During the recent NARM (National Association of Recording Merchandisers) convention, David Bakula, senior VP of entertainment analytics for Nielsen, reported that digital music sales have made up for the decline in physical album sales this year, with overall sales totals up by nearly five percent.
Reporting on Bakula’s web seminar during NARM, Variety magazine noted that total music sales have increased 4.8 percent this year from 2010. Music sales to date total 277 million units compared to 264 million for the same period last year.
Physical album sales are down four percent, continuing an annual trend, but the upswing in digital sales made up for the decline, according to Bakula. Digital album sales topped 63 million, an increase of 19.1 percent. Digital sales now reportedly account for 32 percent of all sales, with electronic music, the leading genre, accounting for 49 percent. Digital TEA sales [Track Equivalent Albums; 10 digital tracks measured as one album] increased 10.9 percent to 82 million units.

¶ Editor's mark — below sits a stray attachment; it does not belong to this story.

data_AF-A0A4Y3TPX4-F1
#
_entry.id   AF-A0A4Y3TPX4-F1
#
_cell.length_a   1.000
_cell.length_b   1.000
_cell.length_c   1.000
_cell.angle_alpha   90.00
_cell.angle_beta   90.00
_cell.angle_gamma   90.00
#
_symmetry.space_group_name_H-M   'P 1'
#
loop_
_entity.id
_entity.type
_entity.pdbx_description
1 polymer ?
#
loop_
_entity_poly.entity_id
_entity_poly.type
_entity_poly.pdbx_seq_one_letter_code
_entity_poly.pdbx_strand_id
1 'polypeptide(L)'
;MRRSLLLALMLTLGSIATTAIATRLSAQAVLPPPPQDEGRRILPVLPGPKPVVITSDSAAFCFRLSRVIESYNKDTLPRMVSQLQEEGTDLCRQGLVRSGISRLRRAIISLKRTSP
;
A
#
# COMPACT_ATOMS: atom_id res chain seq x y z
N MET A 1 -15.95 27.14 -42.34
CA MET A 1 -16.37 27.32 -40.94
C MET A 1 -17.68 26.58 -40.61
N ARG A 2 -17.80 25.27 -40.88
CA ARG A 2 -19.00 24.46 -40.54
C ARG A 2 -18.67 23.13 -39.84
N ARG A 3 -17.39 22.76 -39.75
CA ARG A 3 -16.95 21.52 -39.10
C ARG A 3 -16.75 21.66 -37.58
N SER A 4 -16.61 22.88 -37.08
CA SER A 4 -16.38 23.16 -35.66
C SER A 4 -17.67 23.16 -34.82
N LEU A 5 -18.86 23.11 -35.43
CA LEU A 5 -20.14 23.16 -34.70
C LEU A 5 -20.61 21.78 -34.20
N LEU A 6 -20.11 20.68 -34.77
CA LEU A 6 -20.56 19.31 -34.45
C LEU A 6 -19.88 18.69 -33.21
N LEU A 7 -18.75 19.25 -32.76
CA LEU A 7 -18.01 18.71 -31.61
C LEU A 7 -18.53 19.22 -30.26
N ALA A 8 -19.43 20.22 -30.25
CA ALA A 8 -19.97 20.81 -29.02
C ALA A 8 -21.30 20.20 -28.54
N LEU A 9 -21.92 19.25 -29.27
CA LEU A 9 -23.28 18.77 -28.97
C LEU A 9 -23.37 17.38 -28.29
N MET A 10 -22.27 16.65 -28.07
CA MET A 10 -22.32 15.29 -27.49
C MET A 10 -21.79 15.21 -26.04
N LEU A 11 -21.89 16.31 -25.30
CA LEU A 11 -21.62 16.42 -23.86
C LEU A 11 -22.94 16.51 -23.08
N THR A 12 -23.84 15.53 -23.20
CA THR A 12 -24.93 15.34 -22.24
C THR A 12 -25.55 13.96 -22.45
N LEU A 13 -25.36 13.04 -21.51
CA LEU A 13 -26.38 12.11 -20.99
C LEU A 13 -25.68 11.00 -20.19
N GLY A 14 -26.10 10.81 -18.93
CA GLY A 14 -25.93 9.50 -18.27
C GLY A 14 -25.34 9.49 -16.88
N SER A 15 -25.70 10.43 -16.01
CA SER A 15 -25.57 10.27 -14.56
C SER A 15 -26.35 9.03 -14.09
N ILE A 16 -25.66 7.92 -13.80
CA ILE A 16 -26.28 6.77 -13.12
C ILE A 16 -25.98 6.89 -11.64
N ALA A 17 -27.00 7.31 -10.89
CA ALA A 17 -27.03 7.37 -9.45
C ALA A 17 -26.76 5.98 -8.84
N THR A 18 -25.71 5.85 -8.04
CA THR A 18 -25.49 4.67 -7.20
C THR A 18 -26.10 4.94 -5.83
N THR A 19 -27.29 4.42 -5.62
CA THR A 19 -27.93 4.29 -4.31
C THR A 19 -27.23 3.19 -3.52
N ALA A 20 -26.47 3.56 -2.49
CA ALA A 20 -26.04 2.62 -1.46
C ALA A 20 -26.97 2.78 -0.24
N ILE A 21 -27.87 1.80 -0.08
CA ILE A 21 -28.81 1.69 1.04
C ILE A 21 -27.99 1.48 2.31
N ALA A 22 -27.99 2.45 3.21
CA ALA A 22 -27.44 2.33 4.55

According to Bakula, the increase in digital sales may be partly attributed to the shutting down of the LimeWire site by the RIAA, together with the release of the Beatles catalog on iTunes.
The year’s best sellers so far have included Adele’s 21 (3.1 million units); Lady Gaga’s Born This Way (1.7 million); Mumford & Sons’ Sigh No More (1.1 million); Jason Aldean’s My Kinda Party (1 million); and Bruno Mars’ Doo Wops & Hooligans (769,000). (The latter three titles were released in 2010.)
Bakula noted that Taylor Swift’s Speak Now, which was released late in 2010 and has passed 3.6 million sales, could distort year-to-year figures. But those sales could be balanced out by Lady Antebellum’s follow-up to the hugely successful Need You Now. The band’s new Own the Night is due for release in late September.
Bakula also reported that sales of current albums are down 2.4 percent. At the same time, catalog sales are up 8.5 percent and now account for more than half of all album sales.
The vinyl format, which account for 1.6 percent of physical sales, is on track to reach 3.7 million units by the end of the year, an increase of 30 percent.
As a result of the overall increase in digital sales, chain retailers and indie stores have seen decreases of 9.7 percent and 8.5 percent respectively, with digital retailers enjoying a 14.3 percent bump as of August 21.